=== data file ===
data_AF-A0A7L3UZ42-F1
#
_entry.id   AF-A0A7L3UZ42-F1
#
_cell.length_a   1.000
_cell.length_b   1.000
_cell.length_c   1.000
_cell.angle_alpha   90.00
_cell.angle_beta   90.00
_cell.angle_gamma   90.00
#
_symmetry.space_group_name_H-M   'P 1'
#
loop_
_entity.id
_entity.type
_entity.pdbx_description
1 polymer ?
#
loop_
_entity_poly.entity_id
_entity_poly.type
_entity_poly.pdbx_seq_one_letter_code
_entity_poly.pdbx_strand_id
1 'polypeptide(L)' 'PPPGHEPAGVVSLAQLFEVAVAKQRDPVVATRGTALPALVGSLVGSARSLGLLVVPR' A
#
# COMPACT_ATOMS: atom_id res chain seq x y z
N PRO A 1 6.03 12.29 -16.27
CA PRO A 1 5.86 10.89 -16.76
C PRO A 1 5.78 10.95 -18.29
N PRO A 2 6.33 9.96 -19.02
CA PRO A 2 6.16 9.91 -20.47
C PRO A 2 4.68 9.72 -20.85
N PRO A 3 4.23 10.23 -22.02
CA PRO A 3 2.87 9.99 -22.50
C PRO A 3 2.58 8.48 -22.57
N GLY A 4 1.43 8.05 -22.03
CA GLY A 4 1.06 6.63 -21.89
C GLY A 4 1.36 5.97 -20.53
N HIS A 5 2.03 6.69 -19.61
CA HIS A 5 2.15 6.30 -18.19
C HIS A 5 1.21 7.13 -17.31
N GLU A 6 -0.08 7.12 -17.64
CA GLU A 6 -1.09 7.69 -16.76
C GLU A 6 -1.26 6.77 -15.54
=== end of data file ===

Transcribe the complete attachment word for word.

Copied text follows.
data_AF-A0A7L3UZ42-F1
#
_entry.id   AF-A0A7L3UZ42-F1
#
_cell.length_a   1.000
_cell.length_b   1.000
_cell.length_c   1.000
_cell.angle_alpha   90.00
_cell.angle_beta   90.00
_cell.angle_gamma   90.00
#
_symmetry.space_group_name_H-M   'P 1'
#
loop_
_entity.id
_entity.type
_entity.pdbx_description
1 polymer ?
#
loop_
_entity_poly.entity_id
_entity_poly.type
_entity_poly.pdbx_seq_one_letter_code
_entity_poly.pdbx_strand_id
1 'polypeptide(L)' 'PPPGHEPAGVVSLAQLFEVAVAKQRDPVVATRGTALPALVGSLVGSARSLGLLVVPR' A
#
# COMPACT_ATOMS: atom_id res chain seq x y z
N PRO A 1 6.03 12.29 -16.27
CA PRO A 1 5.86 10.89 -16.76
C PRO A 1 5.78 10.95 -18.29
N PRO A 2 6.33 9.96 -19.02
CA PRO A 2 6.16 9.91 -20.47
C PRO A 2 4.68 9.72 -20.85
N PRO A 3 4.23 10.23 -22.02
CA PRO A 3 2.87 9.99 -22.50
C PRO A 3 2.58 8.48 -22.57
N GLY A 4 1.43 8.05 -22.03
CA GLY A 4 1.06 6.63 -21.89
C GLY A 4 1.36 5.97 -20.53
N HIS A 5 2.03 6.69 -19.61
CA HIS A 5 2.15 6.30 -18.19
C HIS A 5 1.21 7.13 -17.31
N GLU A 6 -0.08 7.12 -17.64
CA GLU A 6 -1.09 7.69 -16.76
C GLU A 6 -1.26 6.77 -15.54